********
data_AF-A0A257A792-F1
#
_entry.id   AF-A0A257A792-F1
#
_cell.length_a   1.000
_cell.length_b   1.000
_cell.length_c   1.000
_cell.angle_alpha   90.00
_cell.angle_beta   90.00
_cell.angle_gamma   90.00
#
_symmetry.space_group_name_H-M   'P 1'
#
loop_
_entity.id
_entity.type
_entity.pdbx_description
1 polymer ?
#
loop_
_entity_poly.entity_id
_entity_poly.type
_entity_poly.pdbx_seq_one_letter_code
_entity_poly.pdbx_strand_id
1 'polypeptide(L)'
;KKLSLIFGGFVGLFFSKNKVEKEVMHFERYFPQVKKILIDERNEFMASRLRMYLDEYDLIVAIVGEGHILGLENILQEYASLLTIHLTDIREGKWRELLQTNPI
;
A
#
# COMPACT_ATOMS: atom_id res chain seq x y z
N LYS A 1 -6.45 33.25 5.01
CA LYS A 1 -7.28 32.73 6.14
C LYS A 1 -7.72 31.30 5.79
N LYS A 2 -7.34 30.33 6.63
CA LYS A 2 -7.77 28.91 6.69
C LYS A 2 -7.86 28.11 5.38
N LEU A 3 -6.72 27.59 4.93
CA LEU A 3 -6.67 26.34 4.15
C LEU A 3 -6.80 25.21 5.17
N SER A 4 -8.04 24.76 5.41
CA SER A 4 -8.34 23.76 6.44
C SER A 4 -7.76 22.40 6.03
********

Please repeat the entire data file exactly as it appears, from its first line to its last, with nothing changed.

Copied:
data_AF-A0A257A792-F1
#
_entry.id   AF-A0A257A792-F1
#
_cell.length_a   1.000
_cell.length_b   1.000
_cell.length_c   1.000
_cell.angle_alpha   90.00
_cell.angle_beta   90.00
_cell.angle_gamma   90.00
#
_symmetry.space_group_name_H-M   'P 1'
#
loop_
_entity.id
_entity.type
_entity.pdbx_description
1 polymer ?
#
loop_
_entity_poly.entity_id
_entity_poly.type
_entity_poly.pdbx_seq_one_letter_code
_entity_poly.pdbx_strand_id
1 'polypeptide(L)'
;KKLSLIFGGFVGLFFSKNKVEKEVMHFERYFPQVKKILIDERNEFMASRLRMYLDEYDLIVAIVGEGHILGLENILQEYASLLTIHLTDIREGKWRELLQTNPI
;
A
#
# COMPACT_ATOMS: atom_id res chain seq x y z
N LYS A 1 -6.45 33.25 5.01
CA LYS A 1 -7.28 32.73 6.14
C LYS A 1 -7.72 31.30 5.79
N LYS A 2 -7.34 30.33 6.63
CA LYS A 2 -7.77 28.91 6.69
C LYS A 2 -7.86 28.11 5.38
N LEU A 3 -6.72 27.59 4.93
CA LEU A 3 -6.67 26.34 4.15
C LEU A 3 -6.80 25.21 5.17
N SER A 4 -8.04 24.76 5.41
CA SER A 4 -8.34 23.76 6.44
C SER A 4 -7.76 22.40 6.03